Seeing the new documentary Fed Up at the Sundance Film Festival last week inflamed an already nagging disbelief that this generation of children face a shorter life expectancy than their parents due to the rise in obesity. At the same time, it provided a sense of hope that the film may follow in the footsteps of producer Laurie David‘s 2006 Sundance hit An Inconvenient Truth which brought the issue of global warming to the forefront and galvanized a call-to-action that established it as not just a political challenge but a moral one.
Laurie David along with director Stephanie Soechtig and narrator/executive producer Katie Couric illuminate not only the growing financial burden of childhood obesity on our healthcare system but also the personal human toll as seen through the eyes of the children who live it.
They challenge the common misconception and judgement that being overweight is a result of poor decision-making which essentially leaves it up to the eater to make the nutritional and activity corrections that will wind down the numbers on the scale. But to Dr. Yoni Friedhoff, an obesity expert who writes in his blog Weighty Matters and elsewhere about health and weight loss, it’s more than that:
Kids today haven’t suffered an epidemic loss of willpower. They’re not sloths. They’re not gluttons. They’re not lazy. They’re just normal kids living in a world where there’s a torrential current of calories pointed at them; where we’ve normalized the use of sugar and junk food to mark every single life event, no matter how small; where governments are complicit in consumers being duped by lax front-of-package labeling laws that allow cereals like Froot Loops to boast about its nutritional benefits; where schools serve no-name junk food and teach kids that if a chip is baked, it’s suddenly good for them; where young parents may be two generations away from regular home cooking and nightly family dinners; and where what were once portions designed for fully grown adults are now featured on kids’ menus.
So Who Is To Blame?
The kids the film follows as they struggle to shed pounds all really want to make the changes that will help them to succeed. They follow the prevailing advice to eat less and exercise more. But it becomes obvious how easy it is to be swayed by a food industry that, in doing business, promotes products with enticing health claims that neatly fit the current diet fads.
The food industry has worked systematically to force higher-profit, processed food into every aspect of our lives. Source
For these kids, with little (or more) to show for their efforts, hopelessness sets in.
And surprisingly it’s not only the manufacturers who push these foods as I share in this post about Anthem Blue Cross offering coupons for low-fat ice cream treats that are full of sugar alcohols, artificial flavors and dyes and partially hydrogenated soybean oil.
They call these confections a “solution to good health.”
How Did It Get To This?
We used to have to worry about taking candy from babies; now we are marketing it to them. Source
The simple answer, according to Fed Up, is the pervasiveness of sugar in heavily marketed processed foods, not just in sweets but tomato sauces, cereals, crackers, prepared meals…the list goes on. As the fats were removed or reduced in adherence to the 1977 McGovern Report, the first U.S. dietary guidelines, food manufacturers began to create products that aligned with a fat-is-bad mindset.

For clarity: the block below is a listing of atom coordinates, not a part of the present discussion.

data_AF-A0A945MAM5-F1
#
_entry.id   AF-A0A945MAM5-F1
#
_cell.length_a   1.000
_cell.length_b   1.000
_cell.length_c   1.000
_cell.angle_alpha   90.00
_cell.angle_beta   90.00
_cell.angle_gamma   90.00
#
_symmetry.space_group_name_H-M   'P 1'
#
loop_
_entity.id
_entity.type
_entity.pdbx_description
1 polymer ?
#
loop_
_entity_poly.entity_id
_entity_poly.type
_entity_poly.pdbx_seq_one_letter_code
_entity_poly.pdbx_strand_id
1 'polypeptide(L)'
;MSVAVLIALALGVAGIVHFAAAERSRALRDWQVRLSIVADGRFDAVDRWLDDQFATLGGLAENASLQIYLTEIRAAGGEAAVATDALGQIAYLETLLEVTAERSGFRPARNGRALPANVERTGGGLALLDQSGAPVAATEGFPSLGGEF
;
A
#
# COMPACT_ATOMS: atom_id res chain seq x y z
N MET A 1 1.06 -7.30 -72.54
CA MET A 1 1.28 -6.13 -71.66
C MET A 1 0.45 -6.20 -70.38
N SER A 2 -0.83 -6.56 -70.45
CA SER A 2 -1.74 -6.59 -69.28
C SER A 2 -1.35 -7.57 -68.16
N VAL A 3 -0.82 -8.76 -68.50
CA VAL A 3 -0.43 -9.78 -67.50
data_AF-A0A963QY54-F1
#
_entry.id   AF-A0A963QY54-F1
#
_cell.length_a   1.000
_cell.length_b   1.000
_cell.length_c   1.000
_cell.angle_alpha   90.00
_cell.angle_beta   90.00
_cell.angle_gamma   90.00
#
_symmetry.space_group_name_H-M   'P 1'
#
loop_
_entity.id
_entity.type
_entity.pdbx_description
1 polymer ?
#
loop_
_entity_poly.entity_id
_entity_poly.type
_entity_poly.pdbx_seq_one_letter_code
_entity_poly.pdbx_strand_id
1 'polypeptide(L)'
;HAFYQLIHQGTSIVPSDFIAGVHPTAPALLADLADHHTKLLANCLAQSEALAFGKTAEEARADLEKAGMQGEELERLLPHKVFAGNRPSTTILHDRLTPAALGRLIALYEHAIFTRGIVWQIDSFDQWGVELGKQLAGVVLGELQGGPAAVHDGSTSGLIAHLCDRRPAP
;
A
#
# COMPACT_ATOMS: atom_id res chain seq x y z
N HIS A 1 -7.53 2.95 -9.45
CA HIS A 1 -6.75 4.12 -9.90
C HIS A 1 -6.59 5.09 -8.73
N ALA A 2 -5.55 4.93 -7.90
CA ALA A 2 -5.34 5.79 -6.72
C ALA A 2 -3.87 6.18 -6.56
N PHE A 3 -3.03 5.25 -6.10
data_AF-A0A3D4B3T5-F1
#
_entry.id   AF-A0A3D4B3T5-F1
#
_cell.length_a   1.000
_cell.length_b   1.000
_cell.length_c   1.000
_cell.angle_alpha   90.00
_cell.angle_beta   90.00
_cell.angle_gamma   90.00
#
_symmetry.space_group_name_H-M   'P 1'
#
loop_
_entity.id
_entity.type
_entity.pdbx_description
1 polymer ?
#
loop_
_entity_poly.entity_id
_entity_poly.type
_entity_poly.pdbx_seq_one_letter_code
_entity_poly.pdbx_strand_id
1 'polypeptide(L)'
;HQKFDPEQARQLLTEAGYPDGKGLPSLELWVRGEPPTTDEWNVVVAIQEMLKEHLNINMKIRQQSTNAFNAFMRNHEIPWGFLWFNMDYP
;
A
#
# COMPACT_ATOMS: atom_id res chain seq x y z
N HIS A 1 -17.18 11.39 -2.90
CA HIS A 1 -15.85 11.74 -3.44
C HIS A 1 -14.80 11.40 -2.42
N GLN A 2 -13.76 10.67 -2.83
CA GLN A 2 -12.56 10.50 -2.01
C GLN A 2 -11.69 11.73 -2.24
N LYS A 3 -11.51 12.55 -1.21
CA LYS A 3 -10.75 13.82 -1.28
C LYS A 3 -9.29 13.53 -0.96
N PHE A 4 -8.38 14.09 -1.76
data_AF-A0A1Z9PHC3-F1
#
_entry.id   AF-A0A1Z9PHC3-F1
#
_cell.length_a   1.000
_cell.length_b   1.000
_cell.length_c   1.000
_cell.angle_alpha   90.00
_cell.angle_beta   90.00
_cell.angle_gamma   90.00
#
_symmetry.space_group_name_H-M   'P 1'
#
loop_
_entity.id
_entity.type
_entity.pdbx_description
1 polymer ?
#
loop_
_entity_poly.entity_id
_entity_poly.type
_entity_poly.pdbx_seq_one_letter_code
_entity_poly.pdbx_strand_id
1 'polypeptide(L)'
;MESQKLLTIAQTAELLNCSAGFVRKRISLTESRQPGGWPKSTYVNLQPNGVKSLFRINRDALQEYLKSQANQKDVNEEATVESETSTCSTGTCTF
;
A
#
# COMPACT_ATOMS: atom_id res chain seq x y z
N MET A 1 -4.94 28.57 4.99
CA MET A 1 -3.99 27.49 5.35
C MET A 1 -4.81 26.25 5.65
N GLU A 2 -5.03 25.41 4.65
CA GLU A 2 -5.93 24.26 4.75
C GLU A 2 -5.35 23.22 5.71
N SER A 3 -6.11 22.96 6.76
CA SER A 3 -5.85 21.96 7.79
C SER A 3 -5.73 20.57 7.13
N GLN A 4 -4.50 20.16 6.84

And to make these fatless creations more tasty, sugar in one of its many disguised forms, was added.
How Much Sugar is OK?
Of the 600,000 food items in the American grocery store, 80% are spiked with added sugar. Source
The reality is sugar increases insulin and insulin increases fat storage. And it’s addictive. But have you ever noticed how nutrition labels list the percentage of daily allowance for all ingredients but sugar? Even if you’re attempting to follow the all-in-moderation philosophy, how do you know how much is in there if you haven’t made it yourself? What if food labels showed that a product contained 150% of the daily allowance? Might not sell too well.
What Can Be Done?
The film does not lay out all of the answers. As Couric says, “We don’t know what every solution is. But we wanted to expose the truth and then bring everyone together to come up with solutions.”
From The Real Deal perspective, change must incorporate many elements:
Eat Real Food
- Get back to a culture of home cooking where the sugar, fat and salt can be controlled.
- Establish more programs like Cooking Matters that teach participants on a budget to shop smarter, use nutrition information to make healthier choices and cook delicious, affordable meals.
- Change the mindset that cooking takes too much money, time and skill.
- Resurrect home economics classes.
- Seek nutrient dense foods that have more value in sustaining energy.
- Learn how to understand food labels. Be aware that sugar comes under various guises and unrecognizable ingredients should be avoided.
Get Junk Food Out of Schools and Bring Food Education In
- Incorporate food education in schools. See toolkits from Jamie Oliver and The Lunch Box and classroom lessons from Food Day.
- Use school gardens and kitchens as a learning lab.
- Remove all fast food and soda machines.
- Hold them accountable for pitching junk foods to kids.
- Develop products with less sugar and more whole ingredients.
- Provide reliable nutrition information.
- Rally our leaders to address junk food marketing.
- Screen Fed Up in schools across America.
- Develop and support grass-roots efforts that empower kids to become their own advocates as programs like Cool the Earth have done for climate change.